Goals Per Game0.3616th
Points Per Game0.7722nd
Primary Points3416th
Primary Points Per Game0.6117th
Shots Per Game2.6421st

Comparing Wright (who turned 20 three months ago) to 23-year-olds with multiple seasons of professional experience under their belts isn’t all that fair. When the age cut-off is restricted to 21, Wright moves into the top 10 of each category except for points per game. 

It bears repeating that players in the 2021 and 2022 draft classes had an entire season or two of development stolen from them because of the COVID-19 pandemic and that stalled or uneven progress should be expected.

Wright has yet to perform at the level of a player once considered the consensus first-overall pick in his draft class, but there is no reason to believe that he won’t be an impact player in the NHL at some point and could be as soon as next season.

With the season winding down and the AHL playoffs on the horizon, don’t be surprised if the Kraken give 20-year-old Ryan Winterton (33 points in 55 games with the Firebirds) and 21-year-old Logan Morrison (40 in 60) an extended look.

Which Goaltender Plays Better Down the Stretch?

Much of what has underlined the Kraken’s struggles over their brief existence can be tied back to the underwhelming play of their goaltenders, particularly that of Grubauer since he became the team’s de facto number-one goalie in the summer of 2021.

The German goaltender was signed to a six-year, $35.4 million contract as a free agent that offseason. Grubauer’s contract carries an average annual value (AAV) of $5.9 million, which makes him the seventh-highest-paid goalie to have played in at least one NHL game this season.

Despite the sizable cap commitment and a Vezina Trophy nomination for his play during the 2020-21 season, Grubauer has severely underperformed relative to his salary over his tenure in Seattle.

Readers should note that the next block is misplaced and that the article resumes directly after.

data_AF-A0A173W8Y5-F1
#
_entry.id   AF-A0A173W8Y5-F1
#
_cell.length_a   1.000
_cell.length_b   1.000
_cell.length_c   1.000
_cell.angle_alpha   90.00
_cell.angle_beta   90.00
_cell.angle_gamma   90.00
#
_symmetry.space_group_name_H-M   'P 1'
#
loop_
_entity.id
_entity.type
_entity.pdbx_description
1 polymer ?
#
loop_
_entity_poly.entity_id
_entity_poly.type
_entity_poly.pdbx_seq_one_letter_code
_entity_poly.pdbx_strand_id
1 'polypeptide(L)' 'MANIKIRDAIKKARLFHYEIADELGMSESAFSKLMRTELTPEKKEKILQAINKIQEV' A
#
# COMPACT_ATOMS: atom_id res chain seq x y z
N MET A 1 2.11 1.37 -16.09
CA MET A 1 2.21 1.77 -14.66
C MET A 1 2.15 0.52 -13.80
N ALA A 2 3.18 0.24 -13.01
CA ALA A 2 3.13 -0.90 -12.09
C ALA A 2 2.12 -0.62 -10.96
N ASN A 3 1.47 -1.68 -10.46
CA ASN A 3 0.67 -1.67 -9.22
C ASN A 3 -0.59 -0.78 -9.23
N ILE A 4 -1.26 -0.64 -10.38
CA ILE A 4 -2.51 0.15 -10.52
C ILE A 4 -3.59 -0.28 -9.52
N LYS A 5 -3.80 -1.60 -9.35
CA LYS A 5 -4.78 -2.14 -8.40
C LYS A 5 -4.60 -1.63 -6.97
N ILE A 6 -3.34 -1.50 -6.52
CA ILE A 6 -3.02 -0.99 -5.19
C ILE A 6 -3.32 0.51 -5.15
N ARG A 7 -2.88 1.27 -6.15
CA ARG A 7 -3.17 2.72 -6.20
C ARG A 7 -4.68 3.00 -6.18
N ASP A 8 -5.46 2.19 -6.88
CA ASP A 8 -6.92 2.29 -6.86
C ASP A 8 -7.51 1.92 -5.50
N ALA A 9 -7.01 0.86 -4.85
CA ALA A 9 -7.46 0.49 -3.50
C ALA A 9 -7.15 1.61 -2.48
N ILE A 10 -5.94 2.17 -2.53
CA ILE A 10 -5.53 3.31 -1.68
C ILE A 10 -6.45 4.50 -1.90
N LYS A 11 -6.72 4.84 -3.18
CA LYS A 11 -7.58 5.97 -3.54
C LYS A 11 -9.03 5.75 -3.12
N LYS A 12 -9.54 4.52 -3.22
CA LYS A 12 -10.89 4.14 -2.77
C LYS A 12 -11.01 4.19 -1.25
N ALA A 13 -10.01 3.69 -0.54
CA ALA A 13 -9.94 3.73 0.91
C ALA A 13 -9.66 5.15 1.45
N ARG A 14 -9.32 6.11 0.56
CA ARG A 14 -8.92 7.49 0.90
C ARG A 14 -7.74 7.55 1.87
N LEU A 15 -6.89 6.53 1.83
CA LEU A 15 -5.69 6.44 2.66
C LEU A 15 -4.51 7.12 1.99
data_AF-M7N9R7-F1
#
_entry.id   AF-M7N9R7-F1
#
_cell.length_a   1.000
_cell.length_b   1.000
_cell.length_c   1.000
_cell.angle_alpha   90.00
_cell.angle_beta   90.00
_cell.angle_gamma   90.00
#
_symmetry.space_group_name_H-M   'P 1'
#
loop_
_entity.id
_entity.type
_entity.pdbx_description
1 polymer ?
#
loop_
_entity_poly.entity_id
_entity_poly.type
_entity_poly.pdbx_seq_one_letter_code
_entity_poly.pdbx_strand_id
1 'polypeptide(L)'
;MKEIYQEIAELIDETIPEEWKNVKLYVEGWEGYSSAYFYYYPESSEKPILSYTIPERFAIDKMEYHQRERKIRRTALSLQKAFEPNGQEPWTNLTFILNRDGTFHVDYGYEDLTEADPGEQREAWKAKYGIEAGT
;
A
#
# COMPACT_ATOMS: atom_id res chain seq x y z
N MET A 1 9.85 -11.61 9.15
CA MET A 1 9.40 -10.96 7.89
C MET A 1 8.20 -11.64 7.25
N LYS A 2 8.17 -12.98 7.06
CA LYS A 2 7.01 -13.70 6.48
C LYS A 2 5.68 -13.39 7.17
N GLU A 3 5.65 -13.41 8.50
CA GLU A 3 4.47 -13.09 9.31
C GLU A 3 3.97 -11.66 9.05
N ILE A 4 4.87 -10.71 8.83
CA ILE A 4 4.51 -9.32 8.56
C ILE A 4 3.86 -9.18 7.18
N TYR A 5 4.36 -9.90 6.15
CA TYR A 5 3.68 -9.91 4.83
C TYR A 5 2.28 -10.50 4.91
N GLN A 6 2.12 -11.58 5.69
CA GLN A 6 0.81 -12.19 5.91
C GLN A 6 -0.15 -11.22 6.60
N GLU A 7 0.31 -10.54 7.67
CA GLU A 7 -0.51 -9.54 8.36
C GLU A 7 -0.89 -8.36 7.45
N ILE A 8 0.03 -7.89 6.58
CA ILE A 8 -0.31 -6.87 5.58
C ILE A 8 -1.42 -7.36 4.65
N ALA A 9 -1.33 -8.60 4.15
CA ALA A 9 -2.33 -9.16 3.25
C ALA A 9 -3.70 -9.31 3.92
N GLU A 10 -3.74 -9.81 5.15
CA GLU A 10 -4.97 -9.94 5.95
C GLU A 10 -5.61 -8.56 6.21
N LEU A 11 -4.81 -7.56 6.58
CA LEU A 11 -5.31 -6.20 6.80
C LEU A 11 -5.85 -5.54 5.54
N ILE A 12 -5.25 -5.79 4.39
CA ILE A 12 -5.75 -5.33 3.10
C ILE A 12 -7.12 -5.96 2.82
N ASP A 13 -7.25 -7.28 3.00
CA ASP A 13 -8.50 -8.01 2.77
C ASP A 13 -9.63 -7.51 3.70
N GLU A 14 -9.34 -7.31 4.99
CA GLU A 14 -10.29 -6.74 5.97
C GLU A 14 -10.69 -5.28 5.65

Grubauer’s .895 save percentage (SV%), 2.97 goals-against average (GAA), and minus-3.7 goals saved above expected (GSAx) all rank in the bottom third of qualified goalies in the NHL this season (minimum ten games played). He’s consistently tracked among the worst goalies in all three marks since becoming a member of the Kraken and has provided an underwhelming return on investment for the front office.

Related: Seattle Kraken Should Use Rest Of 2023-24 Season To Build For 2024-25

On the other hand, the 27-year-old Daccord has unexpectedly emerged as a steady primary option. Before the 2023-24 campaign, the journeyman netminder had only appeared in 19 NHL games split across four seasons, including playing five games for the Kraken in both 2021-22 and 2022-23.

Daccord has started 43 out of Seattle’s 75 games in 2023-24 – (20th) among all goalies this season – and sits in the top 10 for SV%, GAA, and GSAx among all goalies to have played in at least ten games this season.

Working in Daccord’s favor going forward is that he is only owed $1.2 million against the cap through the end of next season. Grubauer’s hefty deal runs through the 2026-27 season, meaning he will likely remain on the books unless he plays well enough to entice other teams to take on his contract.

Daccord doesn’t boast an established track record of success that would guarantee him a starting role next season, but his play in 2023-24 has earned him the first shot at the gig come opening night.